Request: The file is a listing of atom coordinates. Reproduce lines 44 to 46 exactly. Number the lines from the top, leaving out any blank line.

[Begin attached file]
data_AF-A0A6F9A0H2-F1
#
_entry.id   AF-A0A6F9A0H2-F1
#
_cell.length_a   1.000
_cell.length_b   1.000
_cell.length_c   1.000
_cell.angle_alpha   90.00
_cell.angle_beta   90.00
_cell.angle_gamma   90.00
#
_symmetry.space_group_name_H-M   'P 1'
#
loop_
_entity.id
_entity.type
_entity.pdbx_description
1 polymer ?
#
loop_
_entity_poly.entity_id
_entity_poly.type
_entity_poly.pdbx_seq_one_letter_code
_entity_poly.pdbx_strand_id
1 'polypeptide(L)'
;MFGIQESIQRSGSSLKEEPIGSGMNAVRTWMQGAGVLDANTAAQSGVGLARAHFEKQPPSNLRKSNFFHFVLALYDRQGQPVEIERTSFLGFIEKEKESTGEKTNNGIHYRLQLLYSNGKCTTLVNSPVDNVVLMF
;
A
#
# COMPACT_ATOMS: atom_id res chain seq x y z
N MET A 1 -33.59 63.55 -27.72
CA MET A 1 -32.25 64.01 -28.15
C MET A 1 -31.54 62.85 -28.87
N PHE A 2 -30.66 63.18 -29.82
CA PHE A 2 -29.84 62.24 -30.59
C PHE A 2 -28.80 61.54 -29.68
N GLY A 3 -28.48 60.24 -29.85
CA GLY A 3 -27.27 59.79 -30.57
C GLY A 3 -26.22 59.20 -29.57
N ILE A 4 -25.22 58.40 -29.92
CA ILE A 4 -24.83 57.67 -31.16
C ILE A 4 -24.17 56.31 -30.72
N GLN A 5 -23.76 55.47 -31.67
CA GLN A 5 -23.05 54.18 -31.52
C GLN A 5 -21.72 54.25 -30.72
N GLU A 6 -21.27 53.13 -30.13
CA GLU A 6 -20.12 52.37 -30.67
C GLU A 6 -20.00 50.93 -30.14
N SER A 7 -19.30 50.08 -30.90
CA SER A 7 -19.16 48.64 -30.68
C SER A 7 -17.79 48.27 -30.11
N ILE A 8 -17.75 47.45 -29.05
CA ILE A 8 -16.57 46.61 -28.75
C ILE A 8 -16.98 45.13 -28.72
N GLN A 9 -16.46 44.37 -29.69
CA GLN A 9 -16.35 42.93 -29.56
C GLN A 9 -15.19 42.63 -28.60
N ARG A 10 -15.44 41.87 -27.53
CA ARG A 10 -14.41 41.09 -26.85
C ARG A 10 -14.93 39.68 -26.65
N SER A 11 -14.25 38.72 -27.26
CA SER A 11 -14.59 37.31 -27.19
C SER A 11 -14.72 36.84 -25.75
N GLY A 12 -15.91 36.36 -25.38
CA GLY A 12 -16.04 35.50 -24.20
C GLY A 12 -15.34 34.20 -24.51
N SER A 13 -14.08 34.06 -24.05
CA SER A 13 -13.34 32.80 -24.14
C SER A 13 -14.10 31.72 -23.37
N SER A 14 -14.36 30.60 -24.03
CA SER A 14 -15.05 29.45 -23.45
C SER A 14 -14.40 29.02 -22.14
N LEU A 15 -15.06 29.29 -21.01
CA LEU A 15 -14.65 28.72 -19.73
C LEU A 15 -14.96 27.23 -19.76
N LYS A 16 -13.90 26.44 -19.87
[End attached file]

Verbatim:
CA GLN A 5 -23.05 54.18 -31.52
C GLN A 5 -21.72 54.25 -30.72
N GLU A 6 -21.27 53.13 -30.13